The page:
The Kingdom of Heaven and the Kingdom of God

Let us review the things we have already seen previously concerning the kingdom of heaven. After the birth of Christ, there comes one who prepares the way for Him. His name is John, and he proclaims that the kingdom of heaven is at hand. The Lord, together with the apostles whom He sends forth, announce the same news. What does it mean? Later on, as noted in chapters 8 and 9, we see that the Lord heals the sick and casts out demons, and that all these are closely related to the nearness of the kingdom of heaven. Matthew 5-7 speaks of the nature of the kingdom of heaven: which is, that those who belong to this kingdom are absolutely righteous towards themselves, absolutely gracious towards others, and absolutely pure towards God. In Matthew 10 we learn that the Lord sends out His apostles. And in Matthew 11-12 we see that a great transition begins occurring, as though the kingdom of heaven is now being taken away from the Jews.

Now with regard to the kingdom of heaven found spoken of in Matthew 13, some interpreters have asserted that the mysteries of the kingdom of heaven are the kingdom of heaven in mystery. Such an assertion is logically unsound when it is held up against all the things which we have just seen: how that both John and the Lord as well as His disciples proclaim that the kingdom of heaven is at hand, how that the Lord then announces the nature or character of this kingdom, and how after He is rejected by the children of Israel He in the thirteenth chapter is found declaring only the outward boundary of this kingdom (what we see in this age being but the outward appearance). So that chapter 13 does not deal with the character or nature of the kingdom of heaven, for this has already been described in Matthew 5-7.

Some, on the other hand, contend that all who desire to enter the kingdom of heaven mentioned in chapter 13 must possess the character of the kingdom of heaven as laid down in chapters 5-7. This interpretation again is impossible to accept, since in chapter 13 we have presented the tares, the leaven, and so forth as being in the kingdom of heaven. So that this chapter presents to us nothing but the outward appearance of the kingdom of heaven.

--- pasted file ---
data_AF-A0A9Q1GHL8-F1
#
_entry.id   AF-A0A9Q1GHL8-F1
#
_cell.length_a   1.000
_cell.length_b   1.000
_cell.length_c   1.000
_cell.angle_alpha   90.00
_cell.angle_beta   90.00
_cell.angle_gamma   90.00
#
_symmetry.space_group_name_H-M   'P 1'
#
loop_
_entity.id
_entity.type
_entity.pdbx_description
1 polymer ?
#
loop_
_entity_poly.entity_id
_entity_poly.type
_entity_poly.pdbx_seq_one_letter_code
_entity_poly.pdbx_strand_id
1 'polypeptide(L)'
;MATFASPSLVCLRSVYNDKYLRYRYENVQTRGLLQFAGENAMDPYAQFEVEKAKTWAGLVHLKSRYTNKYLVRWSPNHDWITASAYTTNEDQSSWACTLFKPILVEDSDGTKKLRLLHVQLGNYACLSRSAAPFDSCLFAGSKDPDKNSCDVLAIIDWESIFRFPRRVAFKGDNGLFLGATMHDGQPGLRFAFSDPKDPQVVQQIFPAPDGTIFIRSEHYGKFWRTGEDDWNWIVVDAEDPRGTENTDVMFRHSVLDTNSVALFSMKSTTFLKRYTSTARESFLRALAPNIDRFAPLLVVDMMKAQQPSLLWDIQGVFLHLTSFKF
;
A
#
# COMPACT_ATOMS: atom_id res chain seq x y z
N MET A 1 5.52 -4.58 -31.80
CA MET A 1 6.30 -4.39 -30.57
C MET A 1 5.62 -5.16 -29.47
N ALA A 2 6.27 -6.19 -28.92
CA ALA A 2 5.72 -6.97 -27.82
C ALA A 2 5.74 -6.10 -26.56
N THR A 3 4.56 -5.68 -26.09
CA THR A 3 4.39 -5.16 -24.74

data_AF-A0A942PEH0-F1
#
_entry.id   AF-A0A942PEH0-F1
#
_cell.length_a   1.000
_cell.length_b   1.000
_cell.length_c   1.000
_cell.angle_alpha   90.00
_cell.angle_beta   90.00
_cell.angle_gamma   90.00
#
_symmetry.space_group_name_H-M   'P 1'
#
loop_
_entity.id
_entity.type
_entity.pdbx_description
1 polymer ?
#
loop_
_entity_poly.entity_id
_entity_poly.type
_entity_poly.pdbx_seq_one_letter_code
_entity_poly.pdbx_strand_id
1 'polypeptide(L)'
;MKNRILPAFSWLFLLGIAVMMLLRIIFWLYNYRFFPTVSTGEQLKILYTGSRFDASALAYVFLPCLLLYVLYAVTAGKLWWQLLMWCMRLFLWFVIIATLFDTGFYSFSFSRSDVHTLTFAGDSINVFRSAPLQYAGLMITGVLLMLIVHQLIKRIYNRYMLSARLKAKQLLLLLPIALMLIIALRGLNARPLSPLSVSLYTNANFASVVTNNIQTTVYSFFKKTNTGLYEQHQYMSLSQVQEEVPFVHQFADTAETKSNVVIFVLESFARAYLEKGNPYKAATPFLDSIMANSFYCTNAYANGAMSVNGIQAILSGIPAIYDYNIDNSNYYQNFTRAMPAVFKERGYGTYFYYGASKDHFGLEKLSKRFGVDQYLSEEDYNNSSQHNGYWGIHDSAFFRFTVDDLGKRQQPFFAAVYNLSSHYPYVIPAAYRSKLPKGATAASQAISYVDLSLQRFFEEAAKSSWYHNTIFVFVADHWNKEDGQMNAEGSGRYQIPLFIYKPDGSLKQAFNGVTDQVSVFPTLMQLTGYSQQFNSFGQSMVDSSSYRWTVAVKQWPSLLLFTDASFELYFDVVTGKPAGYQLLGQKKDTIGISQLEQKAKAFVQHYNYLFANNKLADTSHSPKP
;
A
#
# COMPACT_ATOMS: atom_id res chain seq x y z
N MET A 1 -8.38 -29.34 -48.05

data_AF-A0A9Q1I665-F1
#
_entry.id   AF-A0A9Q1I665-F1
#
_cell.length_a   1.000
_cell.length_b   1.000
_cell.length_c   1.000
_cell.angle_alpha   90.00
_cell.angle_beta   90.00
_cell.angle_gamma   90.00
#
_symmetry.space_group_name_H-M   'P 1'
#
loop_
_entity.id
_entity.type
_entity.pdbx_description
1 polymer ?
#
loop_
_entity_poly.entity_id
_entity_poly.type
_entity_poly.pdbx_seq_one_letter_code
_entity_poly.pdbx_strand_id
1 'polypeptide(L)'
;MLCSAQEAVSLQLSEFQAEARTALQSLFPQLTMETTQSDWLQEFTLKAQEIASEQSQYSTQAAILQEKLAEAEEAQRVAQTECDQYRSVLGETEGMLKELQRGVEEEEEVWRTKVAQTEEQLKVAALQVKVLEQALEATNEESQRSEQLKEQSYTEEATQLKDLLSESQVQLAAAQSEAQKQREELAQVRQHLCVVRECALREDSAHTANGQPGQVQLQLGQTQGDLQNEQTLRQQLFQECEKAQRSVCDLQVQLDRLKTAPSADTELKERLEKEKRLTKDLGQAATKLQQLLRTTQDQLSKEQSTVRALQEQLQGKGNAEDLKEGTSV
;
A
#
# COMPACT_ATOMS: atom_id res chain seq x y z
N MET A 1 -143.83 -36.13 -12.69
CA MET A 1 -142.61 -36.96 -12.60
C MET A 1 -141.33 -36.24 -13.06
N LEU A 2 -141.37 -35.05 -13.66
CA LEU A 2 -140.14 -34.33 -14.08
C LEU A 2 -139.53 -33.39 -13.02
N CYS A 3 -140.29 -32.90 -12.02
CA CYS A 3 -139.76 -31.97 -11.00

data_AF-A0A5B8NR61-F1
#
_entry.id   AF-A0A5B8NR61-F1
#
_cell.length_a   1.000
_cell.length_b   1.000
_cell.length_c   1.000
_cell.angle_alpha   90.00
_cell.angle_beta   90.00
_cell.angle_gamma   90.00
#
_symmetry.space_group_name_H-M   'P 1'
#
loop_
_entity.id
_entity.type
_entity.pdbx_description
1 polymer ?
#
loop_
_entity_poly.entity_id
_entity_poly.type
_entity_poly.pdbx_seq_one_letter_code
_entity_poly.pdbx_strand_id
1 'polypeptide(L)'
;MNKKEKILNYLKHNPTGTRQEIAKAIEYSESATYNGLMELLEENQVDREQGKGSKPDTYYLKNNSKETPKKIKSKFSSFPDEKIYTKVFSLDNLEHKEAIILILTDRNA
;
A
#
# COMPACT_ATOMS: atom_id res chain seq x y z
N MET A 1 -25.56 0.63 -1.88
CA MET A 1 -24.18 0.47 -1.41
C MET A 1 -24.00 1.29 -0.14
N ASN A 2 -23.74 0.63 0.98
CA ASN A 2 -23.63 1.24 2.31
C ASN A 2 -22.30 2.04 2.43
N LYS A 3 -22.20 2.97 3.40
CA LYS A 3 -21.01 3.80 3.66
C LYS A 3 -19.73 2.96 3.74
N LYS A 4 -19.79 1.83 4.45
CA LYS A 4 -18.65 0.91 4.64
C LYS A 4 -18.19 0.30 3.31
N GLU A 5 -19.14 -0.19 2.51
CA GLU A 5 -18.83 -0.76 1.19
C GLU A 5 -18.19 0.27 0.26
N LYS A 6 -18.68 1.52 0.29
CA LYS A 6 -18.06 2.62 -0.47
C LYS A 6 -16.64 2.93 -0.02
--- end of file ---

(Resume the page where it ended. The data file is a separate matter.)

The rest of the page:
The kingdom of heaven is not the millennial kingdom; it is the reigning in the millennial kingdom. Let us see that the kingdom of heaven has three different aspects.

 

(1)     An outward appearance, boundary, or scope as is shown to us in Matthew 13.

(2)     A spiritual reality, that is to say, a kind of spiritual conduct which is formed as a result of learning righteousness and grace progressively under the authority of God and which is elucidated for us in Matthew 5-7; and

(3)     A reigning with Christ in the future millennial kingdom as revealed in the fact of our future reward as told to us in Matthew 5-7.

 

Accordingly, we must first of all enter into the sphere or boundary of this kingdom of heaven by being sons of the kingdom; then secondly, we need to have the kind of conduct described for us in Matthew 5-7 – which is to have real spiritual conduct; and lastly, as a consequence we may reign with the Lord.

 

Today there are three different kinds of people:

(1)     those who have entered within the sphere of the kingdom of heaven and yet unsaved; these are represented by tares.

(2)     those who have been saved and are in the domain of the kingdom of heaven, ye they fail to keep the teaching of Matthew 5-7.

(3)  those who are saved and also keep the teaching of Matthew 5-7; they truly overcome, and therefore in the future they shall reign with the Lord in the third stage or aspect of the kingdom of heaven.